My connection with the Sheldon legacy starts with the historic Mountain House, the pioneering refuge built by Don and his wife, Roberta. From my initial stay in that rustic abode in 2010 to my work at the chalet years later, I have witnessed the evolution of a family’s bold vision and its lasting impact on the rare few who, like me, have had the privilege of being part of this remarkable tradition.

Bound by a deep love and a shared commitment to adventure, Don and Roberta forged a lasting connection with the Alaskan wilderness. Roberta, the daughter of notable pilot Bob Reeve, brought worldly intelligence from her career as a Flying Tigers flight attendant and Reeve Aleutian Airways administrative manager. Don, a legendary bush pilot who pioneered a glacier landing technique, created strategic partnerships between his air taxi operation and luminaries like mountaineer Ray Genet, bush pilot Stub Morrison and cartographer Bradford Washburn. Together, they transcended boundaries and left an enduring impact on both the landscape and the community.

Photography provided by the Sheldon Family Archive

In 1966, Don and his friends built the Mountain House by leveraging their unique skills to access the glacier. The 212-square-foot hut, now known as the Don Sheldon Amphitheater, sits on a five-acre rock and ice outcrop overlooking the Ruth Gorge. Back in the day, Roberta had an apt mandate for anyone venturing up to the Mountain House: You must be physically fit and mentally flexible. This inspiring directive fueled my desire to explore and understand the way of life in such a remote place. The shelter was more than just a structure; it felt like a living, breathing homage to the spirit of adventure.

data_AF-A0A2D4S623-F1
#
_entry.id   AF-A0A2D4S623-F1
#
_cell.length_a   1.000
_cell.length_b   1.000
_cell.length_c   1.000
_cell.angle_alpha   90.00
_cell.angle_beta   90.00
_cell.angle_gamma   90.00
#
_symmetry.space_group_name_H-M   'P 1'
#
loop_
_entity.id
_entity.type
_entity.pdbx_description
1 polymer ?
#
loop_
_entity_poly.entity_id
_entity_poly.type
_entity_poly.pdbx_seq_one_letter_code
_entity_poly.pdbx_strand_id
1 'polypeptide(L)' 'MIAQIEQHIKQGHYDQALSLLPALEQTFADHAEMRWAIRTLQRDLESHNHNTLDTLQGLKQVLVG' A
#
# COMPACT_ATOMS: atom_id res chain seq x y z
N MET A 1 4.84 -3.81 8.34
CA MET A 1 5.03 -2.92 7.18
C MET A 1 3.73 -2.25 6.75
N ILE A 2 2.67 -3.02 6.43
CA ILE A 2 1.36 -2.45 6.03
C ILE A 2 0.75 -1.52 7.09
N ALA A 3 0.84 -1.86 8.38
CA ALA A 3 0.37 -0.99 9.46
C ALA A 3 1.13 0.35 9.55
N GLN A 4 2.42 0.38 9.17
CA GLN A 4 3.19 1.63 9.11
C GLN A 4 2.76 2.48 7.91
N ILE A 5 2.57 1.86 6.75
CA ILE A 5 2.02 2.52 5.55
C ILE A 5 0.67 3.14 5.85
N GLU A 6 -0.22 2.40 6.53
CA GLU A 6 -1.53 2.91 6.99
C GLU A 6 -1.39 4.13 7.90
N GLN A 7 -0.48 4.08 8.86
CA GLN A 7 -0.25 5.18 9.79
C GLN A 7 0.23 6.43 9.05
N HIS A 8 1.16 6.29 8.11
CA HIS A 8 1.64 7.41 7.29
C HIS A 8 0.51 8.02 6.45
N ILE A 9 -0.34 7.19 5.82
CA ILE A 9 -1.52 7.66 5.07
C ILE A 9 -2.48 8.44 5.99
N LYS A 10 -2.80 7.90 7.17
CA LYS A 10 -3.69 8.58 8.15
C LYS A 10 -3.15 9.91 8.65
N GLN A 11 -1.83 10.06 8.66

The Mountain House now shares its revered rock with Sheldon Chalet — a dream that was inspired by 1968 blueprints Don and Roberta left behind and that was realized in 2018. Elegantly accommodating up to 10 guests within its 2,000 square feet and five bedrooms, the warm abode was brought to fruition by the next generation of the Sheldon family in honor of their forebears’ undeniable trailblazing spirit.

In 2018, I served as a concierge at the hotel, helping to craft utterly unforgettable moments for guests. But my bond with this special place goes far beyond professional duty; I have also relished the retreat from a personal perspective.

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A journey to Sheldon Chalet begins with a captivating flight by helicopter, the exclusive transportation mode for guests, or on a fixed-wing aircraft for the staff. Soaring above the Alaska Range teaches a lesson about the infiniteness of space and time, urging us to approach our years on earth with sincerity.

Upon landing, you’re immediately immersed in a transformative atmosphere, a realm where each breath carries qualities of both freedom and vulnerability. A magical camaraderie would unfold once the staffers’ boots hit the glacier, and we’d morph into a close-knit family bonded by the frozen canvas. We shared a common purpose as we unloaded provisions: ensuring our guests’ comfort during their stay with us.